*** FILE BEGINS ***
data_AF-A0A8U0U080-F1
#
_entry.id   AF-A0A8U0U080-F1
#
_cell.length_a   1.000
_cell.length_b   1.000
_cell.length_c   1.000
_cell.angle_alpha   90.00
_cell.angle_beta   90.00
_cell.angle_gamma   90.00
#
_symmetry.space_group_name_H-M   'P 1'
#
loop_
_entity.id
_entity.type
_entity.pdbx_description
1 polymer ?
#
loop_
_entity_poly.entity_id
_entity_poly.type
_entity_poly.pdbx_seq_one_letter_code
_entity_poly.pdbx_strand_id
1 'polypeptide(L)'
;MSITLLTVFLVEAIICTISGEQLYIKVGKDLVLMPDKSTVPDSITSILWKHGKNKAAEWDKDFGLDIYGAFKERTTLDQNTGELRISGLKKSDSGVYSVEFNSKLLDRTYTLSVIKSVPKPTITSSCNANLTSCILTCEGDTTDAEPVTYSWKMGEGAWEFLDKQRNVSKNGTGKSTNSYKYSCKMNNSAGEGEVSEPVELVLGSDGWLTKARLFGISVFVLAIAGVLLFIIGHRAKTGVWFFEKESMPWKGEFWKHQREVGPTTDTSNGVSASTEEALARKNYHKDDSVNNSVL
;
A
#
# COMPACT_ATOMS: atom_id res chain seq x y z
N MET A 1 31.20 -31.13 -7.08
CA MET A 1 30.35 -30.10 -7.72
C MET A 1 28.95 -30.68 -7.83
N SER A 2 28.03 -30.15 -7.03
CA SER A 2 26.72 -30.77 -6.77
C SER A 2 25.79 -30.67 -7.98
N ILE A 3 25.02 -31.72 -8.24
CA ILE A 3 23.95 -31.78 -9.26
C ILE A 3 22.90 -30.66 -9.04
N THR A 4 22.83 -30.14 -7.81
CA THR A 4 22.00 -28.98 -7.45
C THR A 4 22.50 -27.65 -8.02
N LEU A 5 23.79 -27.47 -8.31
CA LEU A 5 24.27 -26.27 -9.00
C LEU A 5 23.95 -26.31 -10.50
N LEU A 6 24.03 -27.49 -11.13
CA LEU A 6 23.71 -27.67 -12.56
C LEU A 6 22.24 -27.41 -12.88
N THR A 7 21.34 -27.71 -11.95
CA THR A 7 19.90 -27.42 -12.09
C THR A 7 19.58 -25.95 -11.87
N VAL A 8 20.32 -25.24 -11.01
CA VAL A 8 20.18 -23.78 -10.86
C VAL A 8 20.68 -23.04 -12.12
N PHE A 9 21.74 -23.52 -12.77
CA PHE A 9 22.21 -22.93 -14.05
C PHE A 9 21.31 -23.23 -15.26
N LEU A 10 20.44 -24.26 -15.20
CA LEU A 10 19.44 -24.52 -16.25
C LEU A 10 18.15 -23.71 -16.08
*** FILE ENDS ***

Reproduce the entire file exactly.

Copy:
data_AF-A0A8U0U080-F1
#
_entry.id   AF-A0A8U0U080-F1
#
_cell.length_a   1.000
_cell.length_b   1.000
_cell.length_c   1.000
_cell.angle_alpha   90.00
_cell.angle_beta   90.00
_cell.angle_gamma   90.00
#
_symmetry.space_group_name_H-M   'P 1'
#
loop_
_entity.id
_entity.type
_entity.pdbx_description
1 polymer ?
#
loop_
_entity_poly.entity_id
_entity_poly.type
_entity_poly.pdbx_seq_one_letter_code
_entity_poly.pdbx_strand_id
1 'polypeptide(L)'
;MSITLLTVFLVEAIICTISGEQLYIKVGKDLVLMPDKSTVPDSITSILWKHGKNKAAEWDKDFGLDIYGAFKERTTLDQNTGELRISGLKKSDSGVYSVEFNSKLLDRTYTLSVIKSVPKPTITSSCNANLTSCILTCEGDTTDAEPVTYSWKMGEGAWEFLDKQRNVSKNGTGKSTNSYKYSCKMNNSAGEGEVSEPVELVLGSDGWLTKARLFGISVFVLAIAGVLLFIIGHRAKTGVWFFEKESMPWKGEFWKHQREVGPTTDTSNGVSASTEEALARKNYHKDDSVNNSVL
;
A
#
# COMPACT_ATOMS: atom_id res chain seq x y z
N MET A 1 31.20 -31.13 -7.08
CA MET A 1 30.35 -30.10 -7.72
C MET A 1 28.95 -30.68 -7.83
N SER A 2 28.03 -30.15 -7.03
CA SER A 2 26.72 -30.77 -6.77
C SER A 2 25.79 -30.67 -7.98
N ILE A 3 25.02 -31.72 -8.24
CA ILE A 3 23.95 -31.78 -9.26
C ILE A 3 22.90 -30.66 -9.04
N THR A 4 22.83 -30.14 -7.81
CA THR A 4 22.00 -28.98 -7.45
C THR A 4 22.50 -27.65 -8.02
N LEU A 5 23.79 -27.47 -8.31
CA LEU A 5 24.27 -26.27 -9.00
C LEU A 5 23.95 -26.31 -10.50
N LEU A 6 24.03 -27.49 -11.13
CA LEU A 6 23.71 -27.67 -12.56
C LEU A 6 22.24 -27.41 -12.88
N THR A 7 21.34 -27.71 -11.95
CA THR A 7 19.90 -27.42 -12.09
C THR A 7 19.58 -25.95 -11.87
N VAL A 8 20.32 -25.24 -11.01
CA VAL A 8 20.18 -23.78 -10.86
C VAL A 8 20.68 -23.04 -12.12
N PHE A 9 21.74 -23.52 -12.77
CA PHE A 9 22.21 -22.93 -14.05
C PHE A 9 21.31 -23.23 -15.26
N LEU A 10 20.44 -24.26 -15.20
CA LEU A 10 19.44 -24.52 -16.25
C LEU A 10 18.15 -23.71 -16.08